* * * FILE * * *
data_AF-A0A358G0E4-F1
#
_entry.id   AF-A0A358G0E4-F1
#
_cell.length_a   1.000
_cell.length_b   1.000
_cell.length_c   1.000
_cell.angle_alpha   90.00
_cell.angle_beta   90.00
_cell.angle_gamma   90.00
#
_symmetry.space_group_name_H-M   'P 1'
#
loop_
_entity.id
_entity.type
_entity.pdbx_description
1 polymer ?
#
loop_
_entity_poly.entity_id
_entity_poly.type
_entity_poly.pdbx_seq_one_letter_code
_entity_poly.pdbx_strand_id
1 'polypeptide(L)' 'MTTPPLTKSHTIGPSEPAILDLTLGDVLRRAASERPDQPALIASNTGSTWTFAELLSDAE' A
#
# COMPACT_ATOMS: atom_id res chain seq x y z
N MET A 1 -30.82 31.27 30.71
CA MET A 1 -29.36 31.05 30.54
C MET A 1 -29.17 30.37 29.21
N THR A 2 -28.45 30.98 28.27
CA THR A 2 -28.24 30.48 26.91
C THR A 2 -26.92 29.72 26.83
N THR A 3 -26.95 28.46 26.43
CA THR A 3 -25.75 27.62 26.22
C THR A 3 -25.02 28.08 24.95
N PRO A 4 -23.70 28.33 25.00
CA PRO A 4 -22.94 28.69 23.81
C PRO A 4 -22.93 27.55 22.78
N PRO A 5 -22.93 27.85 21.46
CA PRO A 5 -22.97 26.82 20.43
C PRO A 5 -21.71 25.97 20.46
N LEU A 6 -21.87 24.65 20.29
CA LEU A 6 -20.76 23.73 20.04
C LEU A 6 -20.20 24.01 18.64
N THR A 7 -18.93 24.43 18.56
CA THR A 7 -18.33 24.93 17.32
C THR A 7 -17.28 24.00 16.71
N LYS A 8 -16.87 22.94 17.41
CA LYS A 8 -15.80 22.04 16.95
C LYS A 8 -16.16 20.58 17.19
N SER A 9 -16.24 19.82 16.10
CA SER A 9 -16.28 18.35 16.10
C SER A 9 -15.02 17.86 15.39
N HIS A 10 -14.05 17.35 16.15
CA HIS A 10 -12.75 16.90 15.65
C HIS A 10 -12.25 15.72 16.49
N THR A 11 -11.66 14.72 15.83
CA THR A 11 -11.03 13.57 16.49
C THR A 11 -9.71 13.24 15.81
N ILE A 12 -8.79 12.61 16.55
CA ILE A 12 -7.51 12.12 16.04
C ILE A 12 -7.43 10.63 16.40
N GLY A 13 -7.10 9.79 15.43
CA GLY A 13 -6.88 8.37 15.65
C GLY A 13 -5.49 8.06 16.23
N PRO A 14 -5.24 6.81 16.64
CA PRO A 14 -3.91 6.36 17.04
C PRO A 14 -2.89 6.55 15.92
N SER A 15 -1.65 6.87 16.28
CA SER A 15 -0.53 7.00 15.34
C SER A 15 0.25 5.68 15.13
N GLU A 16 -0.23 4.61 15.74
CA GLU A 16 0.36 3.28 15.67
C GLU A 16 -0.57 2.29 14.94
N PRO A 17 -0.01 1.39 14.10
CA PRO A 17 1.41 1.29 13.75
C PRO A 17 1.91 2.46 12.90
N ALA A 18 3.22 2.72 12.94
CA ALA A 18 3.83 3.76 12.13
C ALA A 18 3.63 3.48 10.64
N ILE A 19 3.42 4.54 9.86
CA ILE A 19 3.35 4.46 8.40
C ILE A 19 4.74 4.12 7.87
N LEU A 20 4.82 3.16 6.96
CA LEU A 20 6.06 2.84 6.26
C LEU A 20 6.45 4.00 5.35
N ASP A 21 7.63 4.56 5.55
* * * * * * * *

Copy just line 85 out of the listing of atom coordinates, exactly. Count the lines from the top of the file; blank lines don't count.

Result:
N LEU A 20 4.82 3.16 6.96